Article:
August 2016
Volume 16, Issue 12
Open Access
Vision Sciences Society Annual Meeting Abstract  |   September 2016
Cortical arousal signals are actively read out by a face processing system to evaluate the duration of gaze
Author Affiliations
  • Nicola Binetti
    Department of Experimental Psychology, University College London, UK
  • Charlotte Harrison
    Department of Experimental Psychology, University College London, UK
  • Isabelle Mareschal
    School of Biological and Chemical Sciences, Psychology, Queen Mary University of London, UK
  • Alan Johnston
    Department of Experimental Psychology, University College London, UK
Journal of Vision September 2016, Vol.16, 724. doi:10.1167/16.12.724
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      Nicola Binetti, Charlotte Harrison, Isabelle Mareschal, Alan Johnston; Cortical arousal signals are actively read out by a face processing system to evaluate the duration of gaze . Journal of Vision 2016;16(12):724. doi: 10.1167/16.12.724.

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      © ARVO (1962-2015); The Authors (2016-present)

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Abstract

Gaze plays a fundamental role in regulating interpersonal interactions. Although many studies have investigated the brain mechanisms responsible for estimating gaze direction, gaze duration is equally important. In this study participants (N=10) were asked to compare the duration of direct and averted gaze shifts performed sequentially by two avatar face stimuli. While performing this task we recorded changes in pupil diameter during both duration encoding and decisional/response selection phases. Previous studies have shown that arousing stimuli lead to longer estimates of elapsed time (e.g. by comparing frightening Vs neutral stimuli). These studies however confound sensory differences in the stimuli, with differences in their arousing effects. We compared pupil responses within a standard binary choice duration discrimination psychophysical paradigm. Pupil size measurements, known to reflect variations in cortical arousal, were grouped on trials in which the standard and comparison stimuli were identical, on the basis of which interval was judged "longer" vs "shorter". This approach enabled us to directly evaluate how differences in cortical arousal (within identical stimuli) are linked to different perceptual outcomes. We observed, during the time encoding phase, that "longer" responses were associated with greater increases in pupil dilation/arousal (direct gaze "longer" Vs "shorter": p=.003; averted gaze "longer" Vs "shorter"=p.02). This time encoding dissociation was only observed in the subsecond range of durations. This pattern of results were not replicated when timing equivalent phase shifts of Gabor stimuli, indicating the difference is face processing dependent. In both datasets however we observed a positive relationship between task difficulty and rate of pupil increase during the decisional/response selection phase (harder Vs easier trials: p=.04). These results demonstrate that endogenous arousal signals are actively exploited by a face processing system (opposed to passively affecting a generic timing system) to encode the duration of gaze shift information.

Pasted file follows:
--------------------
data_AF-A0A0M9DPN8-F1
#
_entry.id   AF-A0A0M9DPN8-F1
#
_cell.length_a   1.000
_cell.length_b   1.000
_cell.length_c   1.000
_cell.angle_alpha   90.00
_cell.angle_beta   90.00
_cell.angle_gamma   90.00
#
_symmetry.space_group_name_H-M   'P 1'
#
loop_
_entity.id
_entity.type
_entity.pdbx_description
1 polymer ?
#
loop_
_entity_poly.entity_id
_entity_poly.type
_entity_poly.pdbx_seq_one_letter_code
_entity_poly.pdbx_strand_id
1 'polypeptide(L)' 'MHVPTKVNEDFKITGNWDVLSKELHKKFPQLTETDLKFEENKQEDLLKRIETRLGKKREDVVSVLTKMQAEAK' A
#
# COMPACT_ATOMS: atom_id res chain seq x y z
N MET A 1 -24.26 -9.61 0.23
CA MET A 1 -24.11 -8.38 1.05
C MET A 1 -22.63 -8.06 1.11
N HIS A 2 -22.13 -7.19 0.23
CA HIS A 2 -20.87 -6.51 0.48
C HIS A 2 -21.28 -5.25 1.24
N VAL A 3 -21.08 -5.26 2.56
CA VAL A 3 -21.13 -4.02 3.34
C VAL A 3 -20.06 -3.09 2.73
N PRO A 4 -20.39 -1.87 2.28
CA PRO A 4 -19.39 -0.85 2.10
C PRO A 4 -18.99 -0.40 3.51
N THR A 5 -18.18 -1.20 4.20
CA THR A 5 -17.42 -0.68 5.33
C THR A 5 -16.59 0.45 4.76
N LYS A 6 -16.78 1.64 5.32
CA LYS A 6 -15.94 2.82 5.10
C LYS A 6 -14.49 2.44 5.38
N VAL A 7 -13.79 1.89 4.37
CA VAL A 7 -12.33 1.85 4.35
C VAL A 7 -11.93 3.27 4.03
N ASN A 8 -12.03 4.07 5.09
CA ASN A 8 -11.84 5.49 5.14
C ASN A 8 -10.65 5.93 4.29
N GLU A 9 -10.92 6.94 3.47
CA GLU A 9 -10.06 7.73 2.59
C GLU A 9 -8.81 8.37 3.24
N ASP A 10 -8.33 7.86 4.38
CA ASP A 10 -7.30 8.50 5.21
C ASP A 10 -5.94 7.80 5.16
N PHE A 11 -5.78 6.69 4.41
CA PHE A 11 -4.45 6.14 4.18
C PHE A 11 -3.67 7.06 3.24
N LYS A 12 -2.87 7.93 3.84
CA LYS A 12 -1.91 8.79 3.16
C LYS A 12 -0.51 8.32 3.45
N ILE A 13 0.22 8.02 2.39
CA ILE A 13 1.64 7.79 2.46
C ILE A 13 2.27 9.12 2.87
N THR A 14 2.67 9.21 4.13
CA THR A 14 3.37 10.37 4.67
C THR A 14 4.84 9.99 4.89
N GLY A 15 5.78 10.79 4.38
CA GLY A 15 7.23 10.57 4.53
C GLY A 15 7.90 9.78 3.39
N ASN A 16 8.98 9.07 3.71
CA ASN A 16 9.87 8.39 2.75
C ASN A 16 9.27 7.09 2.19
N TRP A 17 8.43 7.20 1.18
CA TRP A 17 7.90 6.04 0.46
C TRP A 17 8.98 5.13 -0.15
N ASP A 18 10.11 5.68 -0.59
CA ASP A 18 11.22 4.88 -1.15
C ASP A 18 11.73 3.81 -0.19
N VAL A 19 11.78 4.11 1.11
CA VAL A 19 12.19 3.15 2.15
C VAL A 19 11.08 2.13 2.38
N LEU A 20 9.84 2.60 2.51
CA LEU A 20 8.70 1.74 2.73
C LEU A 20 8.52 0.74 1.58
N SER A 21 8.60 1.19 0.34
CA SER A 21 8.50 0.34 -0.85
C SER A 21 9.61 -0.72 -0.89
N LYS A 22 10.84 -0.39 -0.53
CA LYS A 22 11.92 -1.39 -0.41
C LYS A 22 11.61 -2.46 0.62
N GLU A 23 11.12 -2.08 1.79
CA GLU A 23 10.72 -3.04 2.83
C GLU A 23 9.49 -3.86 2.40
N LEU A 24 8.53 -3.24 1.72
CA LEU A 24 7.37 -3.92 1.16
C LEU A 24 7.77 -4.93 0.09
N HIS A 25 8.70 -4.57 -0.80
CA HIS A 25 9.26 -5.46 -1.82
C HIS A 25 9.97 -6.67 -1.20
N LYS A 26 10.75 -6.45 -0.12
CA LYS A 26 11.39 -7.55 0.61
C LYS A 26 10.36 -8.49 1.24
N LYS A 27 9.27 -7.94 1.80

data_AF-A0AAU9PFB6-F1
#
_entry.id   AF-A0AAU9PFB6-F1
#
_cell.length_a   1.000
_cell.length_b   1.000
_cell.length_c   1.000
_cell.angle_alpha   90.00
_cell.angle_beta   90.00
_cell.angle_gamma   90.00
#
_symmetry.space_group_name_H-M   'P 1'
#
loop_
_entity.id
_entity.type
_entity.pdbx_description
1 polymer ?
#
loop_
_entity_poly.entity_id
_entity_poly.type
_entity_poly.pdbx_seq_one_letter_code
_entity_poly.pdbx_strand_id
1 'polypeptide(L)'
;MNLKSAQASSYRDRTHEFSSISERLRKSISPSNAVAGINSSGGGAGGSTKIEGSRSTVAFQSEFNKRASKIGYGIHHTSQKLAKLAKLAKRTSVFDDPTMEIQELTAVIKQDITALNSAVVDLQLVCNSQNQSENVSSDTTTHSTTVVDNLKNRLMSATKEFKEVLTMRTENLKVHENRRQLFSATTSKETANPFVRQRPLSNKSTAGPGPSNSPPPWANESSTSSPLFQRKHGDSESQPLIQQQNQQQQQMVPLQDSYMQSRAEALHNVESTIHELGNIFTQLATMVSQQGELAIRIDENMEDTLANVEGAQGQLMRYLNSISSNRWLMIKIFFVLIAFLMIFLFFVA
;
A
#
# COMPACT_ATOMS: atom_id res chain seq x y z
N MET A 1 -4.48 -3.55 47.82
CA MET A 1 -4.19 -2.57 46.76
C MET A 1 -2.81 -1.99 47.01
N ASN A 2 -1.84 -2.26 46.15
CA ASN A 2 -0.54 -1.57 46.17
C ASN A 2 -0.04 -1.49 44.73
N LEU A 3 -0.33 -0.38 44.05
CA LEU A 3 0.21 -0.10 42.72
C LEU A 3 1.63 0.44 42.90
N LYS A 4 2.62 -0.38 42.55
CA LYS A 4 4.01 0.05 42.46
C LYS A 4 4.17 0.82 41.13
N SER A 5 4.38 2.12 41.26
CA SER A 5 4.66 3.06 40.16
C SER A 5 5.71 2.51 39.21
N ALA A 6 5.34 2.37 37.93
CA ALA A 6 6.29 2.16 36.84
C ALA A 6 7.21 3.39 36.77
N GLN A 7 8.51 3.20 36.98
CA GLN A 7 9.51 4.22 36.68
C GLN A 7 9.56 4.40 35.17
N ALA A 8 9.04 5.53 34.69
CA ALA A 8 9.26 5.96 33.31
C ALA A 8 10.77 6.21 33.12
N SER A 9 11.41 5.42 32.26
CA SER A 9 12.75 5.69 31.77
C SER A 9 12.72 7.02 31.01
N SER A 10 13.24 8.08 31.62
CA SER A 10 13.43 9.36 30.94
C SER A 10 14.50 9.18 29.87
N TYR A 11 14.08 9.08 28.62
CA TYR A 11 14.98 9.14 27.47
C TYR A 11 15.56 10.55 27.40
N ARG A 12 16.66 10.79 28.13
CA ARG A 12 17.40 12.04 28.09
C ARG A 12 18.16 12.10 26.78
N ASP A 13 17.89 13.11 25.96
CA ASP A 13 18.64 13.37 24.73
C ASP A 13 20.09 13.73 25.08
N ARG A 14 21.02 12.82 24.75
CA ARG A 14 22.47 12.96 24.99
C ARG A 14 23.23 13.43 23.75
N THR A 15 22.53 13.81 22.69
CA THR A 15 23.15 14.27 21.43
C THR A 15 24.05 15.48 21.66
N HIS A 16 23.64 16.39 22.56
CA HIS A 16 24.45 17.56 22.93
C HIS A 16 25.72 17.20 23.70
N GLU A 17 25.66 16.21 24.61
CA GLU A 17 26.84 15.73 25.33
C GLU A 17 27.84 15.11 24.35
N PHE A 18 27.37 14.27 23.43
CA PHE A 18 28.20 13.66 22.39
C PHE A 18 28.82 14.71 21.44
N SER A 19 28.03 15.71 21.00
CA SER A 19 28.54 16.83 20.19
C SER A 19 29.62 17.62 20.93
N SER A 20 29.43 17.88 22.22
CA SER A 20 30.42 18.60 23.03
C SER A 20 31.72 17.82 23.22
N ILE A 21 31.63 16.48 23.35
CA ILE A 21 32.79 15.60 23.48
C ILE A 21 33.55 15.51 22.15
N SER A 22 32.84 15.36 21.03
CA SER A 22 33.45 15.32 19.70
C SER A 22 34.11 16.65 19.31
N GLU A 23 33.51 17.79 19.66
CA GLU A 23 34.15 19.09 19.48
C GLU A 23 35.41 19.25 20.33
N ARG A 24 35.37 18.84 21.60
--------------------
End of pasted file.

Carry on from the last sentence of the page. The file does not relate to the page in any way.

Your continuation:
Meeting abstract presented at VSS 2016

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